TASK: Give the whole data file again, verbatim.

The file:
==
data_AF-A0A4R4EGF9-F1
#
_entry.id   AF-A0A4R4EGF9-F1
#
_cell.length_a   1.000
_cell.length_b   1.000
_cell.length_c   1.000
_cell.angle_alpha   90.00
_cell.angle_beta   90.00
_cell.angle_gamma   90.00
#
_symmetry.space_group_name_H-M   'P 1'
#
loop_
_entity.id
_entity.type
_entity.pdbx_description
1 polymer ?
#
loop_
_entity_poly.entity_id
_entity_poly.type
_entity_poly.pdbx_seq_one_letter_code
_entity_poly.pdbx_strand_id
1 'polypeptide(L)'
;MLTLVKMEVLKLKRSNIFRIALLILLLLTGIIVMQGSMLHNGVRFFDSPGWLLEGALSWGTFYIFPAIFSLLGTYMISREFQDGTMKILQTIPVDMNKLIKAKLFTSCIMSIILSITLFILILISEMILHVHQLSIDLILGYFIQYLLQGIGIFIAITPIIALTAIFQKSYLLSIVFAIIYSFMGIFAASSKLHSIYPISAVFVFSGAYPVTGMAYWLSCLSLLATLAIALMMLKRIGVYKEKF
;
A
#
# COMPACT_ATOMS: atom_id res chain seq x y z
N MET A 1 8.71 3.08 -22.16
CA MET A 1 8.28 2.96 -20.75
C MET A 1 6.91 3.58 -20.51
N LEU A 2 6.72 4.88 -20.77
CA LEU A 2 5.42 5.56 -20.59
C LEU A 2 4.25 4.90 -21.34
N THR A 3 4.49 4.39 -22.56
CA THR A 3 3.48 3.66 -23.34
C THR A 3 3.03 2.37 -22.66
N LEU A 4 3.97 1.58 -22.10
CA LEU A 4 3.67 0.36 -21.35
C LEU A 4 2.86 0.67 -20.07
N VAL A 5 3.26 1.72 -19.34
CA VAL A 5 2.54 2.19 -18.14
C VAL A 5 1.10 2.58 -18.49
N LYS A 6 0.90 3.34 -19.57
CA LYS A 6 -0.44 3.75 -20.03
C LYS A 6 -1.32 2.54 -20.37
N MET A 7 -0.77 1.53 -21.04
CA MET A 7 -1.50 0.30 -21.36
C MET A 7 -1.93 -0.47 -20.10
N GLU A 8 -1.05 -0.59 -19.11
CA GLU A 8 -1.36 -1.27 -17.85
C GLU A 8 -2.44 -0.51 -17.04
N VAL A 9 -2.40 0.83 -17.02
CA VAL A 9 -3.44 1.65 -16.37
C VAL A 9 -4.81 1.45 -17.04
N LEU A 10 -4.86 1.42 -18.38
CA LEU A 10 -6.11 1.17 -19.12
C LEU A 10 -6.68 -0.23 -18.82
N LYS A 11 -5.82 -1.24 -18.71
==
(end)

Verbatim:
data_AF-A0A4R4EGF9-F1
#
_entry.id   AF-A0A4R4EGF9-F1
#
_cell.length_a   1.000
_cell.length_b   1.000
_cell.length_c   1.000
_cell.angle_alpha   90.00
_cell.angle_beta   90.00
_cell.angle_gamma   90.00
#
_symmetry.space_group_name_H-M   'P 1'
#
loop_
_entity.id
_entity.type
_entity.pdbx_description
1 polymer ?
#
loop_
_entity_poly.entity_id
_entity_poly.type
_entity_poly.pdbx_seq_one_letter_code
_entity_poly.pdbx_strand_id
1 'polypeptide(L)'
;MLTLVKMEVLKLKRSNIFRIALLILLLLTGIIVMQGSMLHNGVRFFDSPGWLLEGALSWGTFYIFPAIFSLLGTYMISREFQDGTMKILQTIPVDMNKLIKAKLFTSCIMSIILSITLFILILISEMILHVHQLSIDLILGYFIQYLLQGIGIFIAITPIIALTAIFQKSYLLSIVFAIIYSFMGIFAASSKLHSIYPISAVFVFSGAYPVTGMAYWLSCLSLLATLAIALMMLKRIGVYKEKF
;
A
#
# COMPACT_ATOMS: atom_id res chain seq x y z
N MET A 1 8.71 3.08 -22.16
CA MET A 1 8.28 2.96 -20.75
C MET A 1 6.91 3.58 -20.51
N LEU A 2 6.72 4.88 -20.77
CA LEU A 2 5.42 5.56 -20.59
C LEU A 2 4.25 4.90 -21.34
N THR A 3 4.49 4.39 -22.56
CA THR A 3 3.48 3.66 -23.34
C THR A 3 3.03 2.37 -22.66
N LEU A 4 3.97 1.58 -22.10
CA LEU A 4 3.67 0.36 -21.35
C LEU A 4 2.86 0.67 -20.07
N VAL A 5 3.26 1.72 -19.34
CA VAL A 5 2.54 2.19 -18.14
C VAL A 5 1.10 2.58 -18.49
N LYS A 6 0.90 3.34 -19.57
CA LYS A 6 -0.44 3.75 -20.03
C LYS A 6 -1.32 2.54 -20.37
N MET A 7 -0.77 1.53 -21.04
CA MET A 7 -1.50 0.30 -21.36
C MET A 7 -1.93 -0.47 -20.10
N GLU A 8 -1.05 -0.59 -19.11
CA GLU A 8 -1.36 -1.27 -17.85
C GLU A 8 -2.44 -0.51 -17.04
N VAL A 9 -2.40 0.83 -17.02
CA VAL A 9 -3.44 1.65 -16.37
C VAL A 9 -4.81 1.45 -17.04
N LEU A 10 -4.86 1.42 -18.38
CA LEU A 10 -6.11 1.17 -19.12
C LEU A 10 -6.68 -0.23 -18.82
N LYS A 11 -5.82 -1.24 -18.71